What if you had a photo of the used “K-cup” in the coffee maker and crafted a pithy caption that illustrated how important it was to take responsibility and be helpful? It would be far more effective and better received than pointing fingers and putting up obnoxious signs on the kitchen wall. The fact that the mugs, the trash, and the K-cup made it into the handbook at all sends a strong message.
When the culture handbook is published, not only does each team want to see their own pictures, they want to look through everyone else’s photos and read policies in the form of fun captions in the language of your company. Your culture handbook will still comply with Federal and State regulations, but it is now an engaging document that people will want to read and even want to embrace.
Photo credit iStockphoto
A couple weeks ago, I was talking to a friend about HR. He said that my job must be really difficult since no one trusts HR.
I always find this topic quite interesting because it’s true.
I was in a meeting around culture and inclusion at my employer and I was the “Lone HR Ranger” and there was a lot of beef about how people don’t trust HR.
So, with this is mind, I said to my friend:
“I don’t think there are a lot of people in my field who would admit to this, but I think people distrust HR because in most organizations HR serves management first, rather than the associate.”
I find this to be so incredibly true in my experience. Very rarely do we take the extra time to find out both sides to the story. We don’t create a 360-degree vision while solving employee relation issues. Sometimes the metrics speak for themselves: Are they meeting their numbers? Are customers complaining? Are they actually working? In those cases, fine, I get it. That’s clearly a performance management issue there. Case closed.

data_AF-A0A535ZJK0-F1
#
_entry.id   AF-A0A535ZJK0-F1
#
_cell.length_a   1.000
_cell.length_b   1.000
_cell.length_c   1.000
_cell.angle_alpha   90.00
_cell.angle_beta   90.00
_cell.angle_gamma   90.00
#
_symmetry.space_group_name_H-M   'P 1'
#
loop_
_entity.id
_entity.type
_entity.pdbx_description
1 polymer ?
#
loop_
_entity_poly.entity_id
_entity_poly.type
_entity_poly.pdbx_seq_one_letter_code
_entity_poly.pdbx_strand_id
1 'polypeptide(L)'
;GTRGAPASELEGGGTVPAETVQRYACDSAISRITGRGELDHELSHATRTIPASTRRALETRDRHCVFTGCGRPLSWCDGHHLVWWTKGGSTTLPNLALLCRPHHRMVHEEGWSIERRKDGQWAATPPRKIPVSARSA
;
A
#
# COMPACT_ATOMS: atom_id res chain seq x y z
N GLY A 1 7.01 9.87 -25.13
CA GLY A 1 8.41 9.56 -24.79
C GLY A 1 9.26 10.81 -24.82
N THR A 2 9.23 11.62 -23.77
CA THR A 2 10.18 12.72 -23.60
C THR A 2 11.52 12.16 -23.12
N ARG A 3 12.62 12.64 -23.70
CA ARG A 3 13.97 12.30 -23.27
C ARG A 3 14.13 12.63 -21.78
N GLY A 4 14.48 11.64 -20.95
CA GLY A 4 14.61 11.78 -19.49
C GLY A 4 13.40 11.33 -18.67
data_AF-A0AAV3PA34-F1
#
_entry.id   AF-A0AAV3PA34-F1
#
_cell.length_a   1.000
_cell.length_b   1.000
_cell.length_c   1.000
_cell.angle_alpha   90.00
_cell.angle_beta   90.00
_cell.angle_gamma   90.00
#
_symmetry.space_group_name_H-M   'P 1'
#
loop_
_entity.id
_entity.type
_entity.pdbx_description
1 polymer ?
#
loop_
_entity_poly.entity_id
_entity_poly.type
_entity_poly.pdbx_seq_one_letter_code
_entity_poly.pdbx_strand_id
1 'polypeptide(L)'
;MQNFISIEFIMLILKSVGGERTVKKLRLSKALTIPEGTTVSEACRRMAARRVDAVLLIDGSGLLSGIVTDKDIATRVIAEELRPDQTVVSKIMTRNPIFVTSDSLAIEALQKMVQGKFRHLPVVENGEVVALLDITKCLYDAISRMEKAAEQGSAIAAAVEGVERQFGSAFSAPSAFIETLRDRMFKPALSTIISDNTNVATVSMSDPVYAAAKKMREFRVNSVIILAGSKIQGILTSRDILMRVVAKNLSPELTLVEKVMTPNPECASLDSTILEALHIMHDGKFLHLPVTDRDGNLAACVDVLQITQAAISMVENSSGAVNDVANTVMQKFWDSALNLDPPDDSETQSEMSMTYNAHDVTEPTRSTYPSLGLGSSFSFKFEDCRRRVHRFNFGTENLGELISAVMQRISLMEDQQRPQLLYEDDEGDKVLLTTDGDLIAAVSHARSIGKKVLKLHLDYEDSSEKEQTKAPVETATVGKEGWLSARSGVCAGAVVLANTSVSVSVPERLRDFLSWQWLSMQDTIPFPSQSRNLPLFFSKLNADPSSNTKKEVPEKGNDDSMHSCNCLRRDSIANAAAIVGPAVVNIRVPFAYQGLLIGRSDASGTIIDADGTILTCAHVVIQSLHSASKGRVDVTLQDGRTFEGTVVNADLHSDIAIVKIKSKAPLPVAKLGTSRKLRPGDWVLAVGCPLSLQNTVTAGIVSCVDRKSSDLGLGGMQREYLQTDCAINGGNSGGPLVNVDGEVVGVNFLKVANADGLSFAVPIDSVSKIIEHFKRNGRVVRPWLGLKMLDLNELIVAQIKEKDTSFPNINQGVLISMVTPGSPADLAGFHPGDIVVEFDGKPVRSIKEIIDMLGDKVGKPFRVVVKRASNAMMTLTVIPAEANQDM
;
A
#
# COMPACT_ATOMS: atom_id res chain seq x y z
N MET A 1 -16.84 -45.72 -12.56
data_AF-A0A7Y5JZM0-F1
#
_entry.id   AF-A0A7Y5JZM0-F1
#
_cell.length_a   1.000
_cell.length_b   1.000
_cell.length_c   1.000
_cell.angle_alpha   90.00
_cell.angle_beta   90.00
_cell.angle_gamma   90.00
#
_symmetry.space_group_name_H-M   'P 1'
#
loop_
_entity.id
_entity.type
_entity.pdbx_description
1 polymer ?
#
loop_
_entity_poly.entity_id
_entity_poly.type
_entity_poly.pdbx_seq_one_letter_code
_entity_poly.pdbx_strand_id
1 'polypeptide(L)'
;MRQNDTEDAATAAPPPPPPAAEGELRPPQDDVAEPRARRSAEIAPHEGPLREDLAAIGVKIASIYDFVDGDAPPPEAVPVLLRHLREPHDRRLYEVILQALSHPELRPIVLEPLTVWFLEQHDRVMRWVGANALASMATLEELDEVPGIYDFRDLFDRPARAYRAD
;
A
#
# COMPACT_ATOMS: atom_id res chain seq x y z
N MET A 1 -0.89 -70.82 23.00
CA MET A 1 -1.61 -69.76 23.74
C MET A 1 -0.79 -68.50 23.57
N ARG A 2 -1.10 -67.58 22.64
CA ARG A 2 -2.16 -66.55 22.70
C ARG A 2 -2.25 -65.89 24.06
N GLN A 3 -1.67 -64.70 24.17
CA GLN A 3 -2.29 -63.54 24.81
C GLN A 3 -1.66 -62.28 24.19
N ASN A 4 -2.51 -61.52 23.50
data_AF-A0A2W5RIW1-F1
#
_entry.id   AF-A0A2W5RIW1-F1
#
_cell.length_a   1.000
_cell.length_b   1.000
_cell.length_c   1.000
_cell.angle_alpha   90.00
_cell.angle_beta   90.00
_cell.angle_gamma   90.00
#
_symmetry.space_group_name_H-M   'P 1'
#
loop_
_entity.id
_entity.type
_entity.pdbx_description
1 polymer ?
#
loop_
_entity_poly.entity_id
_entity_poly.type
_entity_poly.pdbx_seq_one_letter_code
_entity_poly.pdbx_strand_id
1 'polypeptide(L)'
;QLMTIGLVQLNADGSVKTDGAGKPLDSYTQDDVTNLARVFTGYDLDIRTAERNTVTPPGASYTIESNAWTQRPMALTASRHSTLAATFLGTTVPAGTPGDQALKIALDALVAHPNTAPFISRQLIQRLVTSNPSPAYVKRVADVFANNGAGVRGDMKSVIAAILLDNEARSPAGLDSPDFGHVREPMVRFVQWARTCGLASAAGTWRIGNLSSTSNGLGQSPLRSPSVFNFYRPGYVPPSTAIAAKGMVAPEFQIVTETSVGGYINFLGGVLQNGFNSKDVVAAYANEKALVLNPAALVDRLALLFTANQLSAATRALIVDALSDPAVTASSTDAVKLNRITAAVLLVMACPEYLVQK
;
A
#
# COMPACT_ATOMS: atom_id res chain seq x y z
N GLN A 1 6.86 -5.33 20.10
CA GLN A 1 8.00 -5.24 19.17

But, stepping back and thinking through conversations I’ve had with friends who don’t work in HR at my employer and with friends at other organizations, people flat out do not feel comfortable bringing issues to light to HR because they believe their job will be in jeopardy, no one will listen or the story will be turned around on them.
I personally find myself on the fence around this issue.
There isn’t a perfect answer. One side of me says, “HR is here for the employee.” The employee is obviously defined as management AND non-management. The “employee” is anyone who works for the employer. I’m not writing this because I feel like I have the answers. In fact, I don’t have any answers at all.
However, here are some things to think about:
- We have to create a 360-degree vision around employee-related issues in HR.
- How well do we honor the confidentiality of the employee? Are we giving them reason to not trust HR?
- Do we create a sense of safety so they feel like they CAN trust HR? How often have you received a phone call where the employee doesn’t even want to tell you his/her name?
- Are we listening as an ally with the employee? I mean, really listening. Listen first, talk second.
I said it before, and I’ll say it again, I do not have the answers and this is only my experience. So tell me – does your HR organization work mostly for management or the associate or BOTH?